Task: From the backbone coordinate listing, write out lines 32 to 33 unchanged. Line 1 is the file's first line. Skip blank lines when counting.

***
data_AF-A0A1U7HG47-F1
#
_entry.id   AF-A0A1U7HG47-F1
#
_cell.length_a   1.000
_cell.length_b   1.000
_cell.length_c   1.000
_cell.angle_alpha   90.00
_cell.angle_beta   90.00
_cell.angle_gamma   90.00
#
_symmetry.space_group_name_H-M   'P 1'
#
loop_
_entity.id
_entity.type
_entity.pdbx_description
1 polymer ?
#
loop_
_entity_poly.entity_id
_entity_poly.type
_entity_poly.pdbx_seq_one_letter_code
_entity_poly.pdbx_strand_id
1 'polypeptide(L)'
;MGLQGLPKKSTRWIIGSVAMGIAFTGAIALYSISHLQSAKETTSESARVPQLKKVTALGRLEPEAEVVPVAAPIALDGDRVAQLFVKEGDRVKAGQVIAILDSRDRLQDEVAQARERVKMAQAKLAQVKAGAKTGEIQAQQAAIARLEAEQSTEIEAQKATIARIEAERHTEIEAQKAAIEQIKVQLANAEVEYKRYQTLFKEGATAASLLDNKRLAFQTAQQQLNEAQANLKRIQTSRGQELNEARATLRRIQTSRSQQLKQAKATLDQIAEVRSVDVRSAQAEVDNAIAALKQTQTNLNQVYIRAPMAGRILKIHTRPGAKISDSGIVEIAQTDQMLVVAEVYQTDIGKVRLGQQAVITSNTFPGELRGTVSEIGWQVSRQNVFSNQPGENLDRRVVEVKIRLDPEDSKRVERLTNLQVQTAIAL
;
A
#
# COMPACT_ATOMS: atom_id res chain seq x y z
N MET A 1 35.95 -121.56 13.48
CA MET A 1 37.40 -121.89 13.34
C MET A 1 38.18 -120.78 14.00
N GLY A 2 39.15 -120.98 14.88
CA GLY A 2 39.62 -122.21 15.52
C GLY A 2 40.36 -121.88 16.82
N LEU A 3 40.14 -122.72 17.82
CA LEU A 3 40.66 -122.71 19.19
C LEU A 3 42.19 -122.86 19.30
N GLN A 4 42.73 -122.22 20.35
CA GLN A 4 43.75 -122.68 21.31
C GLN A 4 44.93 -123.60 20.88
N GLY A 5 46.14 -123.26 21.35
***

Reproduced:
CA MET A 1 37.40 -121.89 13.34
C MET A 1 38.18 -120.78 14.00